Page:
Operating with pain: Reader response


The feature article “Operating with pain: Surgeon workplace injury underrecognized" touched a nerve with our readers! The following comments appeared in the ACS Communities on the topic of pain and occupational injury among surgeons:

I recently was forced to undergo an anterior cervical decompression and fusion (ACDF) involving C4,5,6 and 7 due to worsening radicular pain and weakness due to severe cervical spinal stenosis. This problem was likely initiated by multiple injuries that I sustained as a wrestler in my younger days, but was no doubt exacerbated by 23 years bent over the OR table in extended periods of flexion, ignoring pain, and working every day no matter how I felt with no time for nuisances like physical therapy. Such is the mentality of the surgeon. In any case, my experience demonstrates that surgery, unlike many other medical specialties, takes a physical toll on its practitioners and also requires a certain level of fitness for surgeons to practice well.

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The concept of wellness among surgeons is relatively new, in my opinion. Historically, surgical training was notorious for long hours, extended periods of sleep deprivation, irregular eating habits, strained interpersonal relationships, and frankly, sometimes an emotionally abusive environment. Many changes have been made to adapt training to be more livable, but these changes have been predominantly in the areas of work hours, sleep, and time off. Little has been done to teach adaptive strategies for the physical demands of performing surgery day after day.

Do we need a formal “plan” to educate surgeons how to save their backs and necks? Perhaps not, but surgeons do need to be aware that the cumulative “wear and tear” on our bodies can definitely affect how well we do our jobs, the number of years we are able to do our jobs, and the enjoyment with which we do our jobs. So tell the resident to stand up straight, teach them to operate with the table at the correct height, to hold the instruments in an ergonomic fashion, etc. Let’s begin to make proper ergonomics a part of our surgical culture so we may serve our patients for many years to come.

Bryan K. Richmond, MD, MBA, FACS
Charleston, W.Va.

I remember attending the ACS meeting as a chief resident. There was a laparoscopic instrument rep taking a survey about ergonomics, especially arm, shoulder, neck, and back pain during surgery. I just remember laughing and saying, “Heck no, no issues for me.” Well, now as a 50-year-old, I’ve got issues! I find that I have to be very aware of my posture during procedures and not spend too much time in one position. Hand cramps are not an infrequent problem during longer surgeries as well. Getting used to wearing slightly looser gloves has helped some.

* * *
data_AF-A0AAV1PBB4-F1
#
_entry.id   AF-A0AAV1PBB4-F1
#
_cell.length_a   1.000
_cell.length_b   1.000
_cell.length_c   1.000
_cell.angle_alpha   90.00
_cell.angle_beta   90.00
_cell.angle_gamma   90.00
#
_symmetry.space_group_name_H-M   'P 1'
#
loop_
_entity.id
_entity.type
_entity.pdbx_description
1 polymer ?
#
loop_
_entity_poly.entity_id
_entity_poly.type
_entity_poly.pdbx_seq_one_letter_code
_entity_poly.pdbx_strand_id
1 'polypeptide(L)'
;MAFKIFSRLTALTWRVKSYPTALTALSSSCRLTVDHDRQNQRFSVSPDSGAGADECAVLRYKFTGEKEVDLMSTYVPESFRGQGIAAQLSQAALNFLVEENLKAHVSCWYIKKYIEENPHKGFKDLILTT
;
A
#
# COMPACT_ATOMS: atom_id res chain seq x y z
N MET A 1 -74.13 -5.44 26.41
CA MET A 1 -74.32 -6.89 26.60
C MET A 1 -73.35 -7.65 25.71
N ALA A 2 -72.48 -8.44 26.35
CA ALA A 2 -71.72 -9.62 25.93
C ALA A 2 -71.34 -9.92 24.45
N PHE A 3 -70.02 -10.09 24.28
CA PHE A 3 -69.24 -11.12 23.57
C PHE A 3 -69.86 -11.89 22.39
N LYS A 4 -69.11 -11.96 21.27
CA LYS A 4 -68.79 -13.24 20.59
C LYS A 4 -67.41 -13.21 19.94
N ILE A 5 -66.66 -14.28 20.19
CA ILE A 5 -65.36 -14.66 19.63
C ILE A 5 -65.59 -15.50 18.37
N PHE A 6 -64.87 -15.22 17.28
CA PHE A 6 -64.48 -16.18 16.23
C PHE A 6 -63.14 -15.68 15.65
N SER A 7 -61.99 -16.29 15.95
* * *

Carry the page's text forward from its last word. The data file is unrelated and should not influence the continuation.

Peter Krone, MD, FACS
Granbury, Tex.

As much as we all love surgery, it seems operating is definitely taking its toll on most every surgeon I know. Short of changing how we operate (i.e., lap vs. robotic, etc.), it seems there is little we can do to protect ourselves. I learned of gel mats a few years ago. They are awesome for longer cases. For me personally, it has been bilateral carpal tunnel releases and a C5,6/6,7 ACDF for degenerative changes causing radiculopathy. Fortunately, both operations were 100% successful.

I applaud you for looking at the (virtual lack of) ergonomics in surgery.

Brent C. Jackson, MD, FACS
Sacramento, Calif.

I finished my vascular surgical fellowship in 1991. Being old school, I continue to do some general surgery along with my comprehensive vascular surgery. In 2008, I had an urgent ACDF. Shortly thereafter, I attended the Southern Association of Vascular Surgery meeting and took an informal survey. I found that at least 60% of vascular surgeons in practice for 10 years had required an ACDF obviously secondary to loupes. Now in the endovascular cases wearing lead, lumbar back issues are also becoming very common in our field. This is a hugely important topic, and ergonomic study and training should become an integral part of training and retraining.

Thomas Appleby, MD, FACS
Charleston, S.C.

I am naturally right handed and have had the opposite experience of having left-handed surgeons teach me how to operate with my left hand throughout training. It is something I continue to do today. It comes in quite handy when helping one of my colleagues since they feel I am standing on the ‘wrong’ side of the table for most open procedures – but that was best for the left-handed approaches I learned.

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